Tag Archives: change process

The One-Percent Rule

9 Jan

change-management1[1]You’ve probably heard of the 1% rule (or something similar).  It’s all about accountability, responsibility, and self-improvement.  The 1% rule means you should try to be 1% better today than you were yesterday — in the gym, at practice, as a competitor, at work, at home, and in life.  But improvement involves (requires) change and change requires work.  Basically, there are three types of change:

  • Steady-state change
  • Incremental change
  • Quantum change

Steady-state change is about maintenance.  Although there is little or no change, work is required.  For example, if you want to keep your house looking a certain way, you have to do dishes, wash clothes, vacuum the floors, etc. on a regular basis… and that’s just to keep it looking the same way, day after day.  The same applies to your strength & conditioning and sport-specific skills.  You need to commit yourself  to working out and practicing just to maintain your level of performance — consistency is the key.  Failure to work will invariably lead to a decline in your performance (and the appearance and condition of your house).

Incremental (small-scale) change is the key to improving performance.  This is the type of change to which the 1% rule applies.  Incremental change is realistic and attainable.  It obviously requires effort, but incremental change also encourages progress.  If managed properly, incremental change can lead to significant results.  As with steady-state change, incremental change requires consistency and discipline.

  • Healthy Weight Management.  If your goal involves losing a few pounds, break it down into a reasonable weekly or monthly goal.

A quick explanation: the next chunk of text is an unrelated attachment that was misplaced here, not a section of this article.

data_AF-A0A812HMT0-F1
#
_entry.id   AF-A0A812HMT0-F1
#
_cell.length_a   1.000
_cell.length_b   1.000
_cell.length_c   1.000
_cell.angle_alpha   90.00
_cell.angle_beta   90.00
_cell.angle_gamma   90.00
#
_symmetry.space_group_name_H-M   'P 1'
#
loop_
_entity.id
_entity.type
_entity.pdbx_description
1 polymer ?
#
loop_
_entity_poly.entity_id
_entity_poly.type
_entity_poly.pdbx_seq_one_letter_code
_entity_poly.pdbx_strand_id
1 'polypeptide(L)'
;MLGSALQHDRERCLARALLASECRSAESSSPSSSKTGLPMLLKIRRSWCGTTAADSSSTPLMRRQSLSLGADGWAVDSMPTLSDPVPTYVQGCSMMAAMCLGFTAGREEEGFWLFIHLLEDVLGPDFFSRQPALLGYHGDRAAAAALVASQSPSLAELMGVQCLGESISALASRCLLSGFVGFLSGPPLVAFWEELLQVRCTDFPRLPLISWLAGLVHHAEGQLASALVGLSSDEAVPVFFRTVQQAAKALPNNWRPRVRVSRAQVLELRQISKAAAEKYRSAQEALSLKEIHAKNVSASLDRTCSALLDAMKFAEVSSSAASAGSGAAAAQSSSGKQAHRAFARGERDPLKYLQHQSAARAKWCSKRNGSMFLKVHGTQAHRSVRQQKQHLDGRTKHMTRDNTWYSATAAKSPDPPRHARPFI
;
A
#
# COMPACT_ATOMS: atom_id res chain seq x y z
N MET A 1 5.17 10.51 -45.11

• Diet and Nutrition.  To improve your diet, don’t completely overhaul your eating habits all at once.  Try changing one thing per day (or week) — for example, eliminate one sugary drink per day or add an apple every day.  Then, aim to change (add or eliminate) more things over time to create better habits.
  • Strength and Conditioning.  In order to improve your strength and speed — or your overall level of fitness — you must do something differently than you’re currently doing.  That usually means increasing the overall intensity level of your training (more resistance, sets, reps, and/or volume).
  • Sport-Specific Skills.  Want to improve your ball-handling or shooting?  Find some new drills, instead of  — or in addition to —  the ones you’re currently doing; and commit more time and effort (more repetitions) to your skills practice.

The new year is a time of change for lots of people.  My first blog post of 2013 referred to new year’s resolutions.  I’ve read that most people give up on their new year’s resolutions by the end of January, and that trying to accomplish too much, too soon (unrealistic goals) is the primary reason.  Challenge yourself, but take “baby” steps, and you’ll find the change process much more manageable and attainable.

Quantum (large-scale) change takes time, and is the result of lots of incremental change.  Regardless of your goals, it’s unrealistic to think you can make huge gains in performance in a relatively short time.  If you want to achieve big things, you need to do diligence to the incremental change process.  Be aggressive and realistic.  And be patient.

What will you change, and how will you improve, today?

Get STRONGER, Get FASTER!

Your thoughts?

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